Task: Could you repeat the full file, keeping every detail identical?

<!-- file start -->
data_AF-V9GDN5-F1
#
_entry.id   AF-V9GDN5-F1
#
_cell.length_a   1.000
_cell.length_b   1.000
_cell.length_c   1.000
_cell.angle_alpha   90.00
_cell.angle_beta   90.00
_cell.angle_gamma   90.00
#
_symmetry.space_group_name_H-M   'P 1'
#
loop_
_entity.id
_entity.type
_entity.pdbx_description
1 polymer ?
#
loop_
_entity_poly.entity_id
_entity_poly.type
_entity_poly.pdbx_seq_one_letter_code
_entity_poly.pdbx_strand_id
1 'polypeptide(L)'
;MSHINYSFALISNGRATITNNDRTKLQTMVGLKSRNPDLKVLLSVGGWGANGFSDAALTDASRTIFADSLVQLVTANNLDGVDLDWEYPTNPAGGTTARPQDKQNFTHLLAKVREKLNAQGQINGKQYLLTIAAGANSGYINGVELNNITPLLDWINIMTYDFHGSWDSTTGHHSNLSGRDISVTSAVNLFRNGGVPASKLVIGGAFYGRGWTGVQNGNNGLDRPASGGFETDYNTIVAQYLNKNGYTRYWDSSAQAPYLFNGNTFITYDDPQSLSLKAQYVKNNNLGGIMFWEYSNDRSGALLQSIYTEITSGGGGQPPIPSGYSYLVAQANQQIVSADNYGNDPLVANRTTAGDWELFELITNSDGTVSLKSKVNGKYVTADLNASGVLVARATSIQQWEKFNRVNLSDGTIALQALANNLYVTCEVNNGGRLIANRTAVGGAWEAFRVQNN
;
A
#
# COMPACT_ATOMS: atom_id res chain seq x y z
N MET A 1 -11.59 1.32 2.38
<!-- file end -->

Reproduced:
data_AF-V9GDN5-F1
#
_entry.id   AF-V9GDN5-F1
#
_cell.length_a   1.000
_cell.length_b   1.000
_cell.length_c   1.000
_cell.angle_alpha   90.00
_cell.angle_beta   90.00
_cell.angle_gamma   90.00
#
_symmetry.space_group_name_H-M   'P 1'
#
loop_
_entity.id
_entity.type
_entity.pdbx_description
1 polymer ?
#
loop_
_entity_poly.entity_id
_entity_poly.type
_entity_poly.pdbx_seq_one_letter_code
_entity_poly.pdbx_strand_id
1 'polypeptide(L)'
;MSHINYSFALISNGRATITNNDRTKLQTMVGLKSRNPDLKVLLSVGGWGANGFSDAALTDASRTIFADSLVQLVTANNLDGVDLDWEYPTNPAGGTTARPQDKQNFTHLLAKVREKLNAQGQINGKQYLLTIAAGANSGYINGVELNNITPLLDWINIMTYDFHGSWDSTTGHHSNLSGRDISVTSAVNLFRNGGVPASKLVIGGAFYGRGWTGVQNGNNGLDRPASGGFETDYNTIVAQYLNKNGYTRYWDSSAQAPYLFNGNTFITYDDPQSLSLKAQYVKNNNLGGIMFWEYSNDRSGALLQSIYTEITSGGGGQPPIPSGYSYLVAQANQQIVSADNYGNDPLVANRTTAGDWELFELITNSDGTVSLKSKVNGKYVTADLNASGVLVARATSIQQWEKFNRVNLSDGTIALQALANNLYVTCEVNNGGRLIANRTAVGGAWEAFRVQNN
;
A
#
# COMPACT_ATOMS: atom_id res chain seq x y z
N MET A 1 -11.59 1.32 2.38